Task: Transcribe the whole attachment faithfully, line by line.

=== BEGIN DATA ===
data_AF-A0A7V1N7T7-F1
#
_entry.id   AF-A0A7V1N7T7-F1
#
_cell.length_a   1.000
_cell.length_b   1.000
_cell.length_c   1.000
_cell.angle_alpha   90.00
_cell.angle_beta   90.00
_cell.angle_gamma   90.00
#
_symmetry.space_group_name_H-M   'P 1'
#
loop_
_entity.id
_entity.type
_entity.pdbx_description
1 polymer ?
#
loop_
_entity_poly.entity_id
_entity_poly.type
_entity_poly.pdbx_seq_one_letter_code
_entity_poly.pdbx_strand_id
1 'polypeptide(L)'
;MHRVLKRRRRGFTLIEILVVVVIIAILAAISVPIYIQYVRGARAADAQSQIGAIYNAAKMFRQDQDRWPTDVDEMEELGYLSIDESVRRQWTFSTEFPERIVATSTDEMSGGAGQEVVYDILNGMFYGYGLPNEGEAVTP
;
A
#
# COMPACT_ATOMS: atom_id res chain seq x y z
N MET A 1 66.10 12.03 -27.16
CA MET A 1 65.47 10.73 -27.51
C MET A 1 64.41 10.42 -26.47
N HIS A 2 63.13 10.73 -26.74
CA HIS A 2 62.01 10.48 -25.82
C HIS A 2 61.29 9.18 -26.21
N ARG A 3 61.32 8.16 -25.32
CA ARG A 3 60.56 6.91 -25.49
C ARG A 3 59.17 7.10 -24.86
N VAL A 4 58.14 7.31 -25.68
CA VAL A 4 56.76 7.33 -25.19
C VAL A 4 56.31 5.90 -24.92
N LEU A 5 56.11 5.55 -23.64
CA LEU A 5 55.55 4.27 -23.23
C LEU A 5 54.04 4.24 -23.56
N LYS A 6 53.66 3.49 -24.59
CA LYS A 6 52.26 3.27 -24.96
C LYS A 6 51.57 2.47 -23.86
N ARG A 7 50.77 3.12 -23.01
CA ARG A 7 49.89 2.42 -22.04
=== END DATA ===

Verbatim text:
data_AF-A0A7V1N7T7-F1
#
_entry.id   AF-A0A7V1N7T7-F1
#
_cell.length_a   1.000
_cell.length_b   1.000
_cell.length_c   1.000
_cell.angle_alpha   90.00
_cell.angle_beta   90.00
_cell.angle_gamma   90.00
#
_symmetry.space_group_name_H-M   'P 1'
#
loop_
_entity.id
_entity.type
_entity.pdbx_description
1 polymer ?
#
loop_
_entity_poly.entity_id
_entity_poly.type
_entity_poly.pdbx_seq_one_letter_code
_entity_poly.pdbx_strand_id
1 'polypeptide(L)'
;MHRVLKRRRRGFTLIEILVVVVIIAILAAISVPIYIQYVRGARAADAQSQIGAIYNAAKMFRQDQDRWPTDVDEMEELGYLSIDESVRRQWTFSTEFPERIVATSTDEMSGGAGQEVVYDILNGMFYGYGLPNEGEAVTP
;
A
#
# COMPACT_ATOMS: atom_id res chain seq x y z
N MET A 1 66.10 12.03 -27.16
CA MET A 1 65.47 10.73 -27.51
C MET A 1 64.41 10.42 -26.47
N HIS A 2 63.13 10.73 -26.74
CA HIS A 2 62.01 10.48 -25.82
C HIS A 2 61.29 9.18 -26.21
N ARG A 3 61.32 8.16 -25.32
CA ARG A 3 60.56 6.91 -25.49
C ARG A 3 59.17 7.10 -24.86
N VAL A 4 58.14 7.31 -25.68
CA VAL A 4 56.76 7.33 -25.19
C VAL A 4 56.31 5.90 -24.92
N LEU A 5 56.11 5.55 -23.64
CA LEU A 5 55.55 4.27 -23.23
C LEU A 5 54.04 4.24 -23.56
N LYS A 6 53.66 3.49 -24.59
CA LYS A 6 52.26 3.27 -24.96
C LYS A 6 51.57 2.47 -23.86
N ARG A 7 50.77 3.12 -23.01
CA ARG A 7 49.89 2.42 -22.04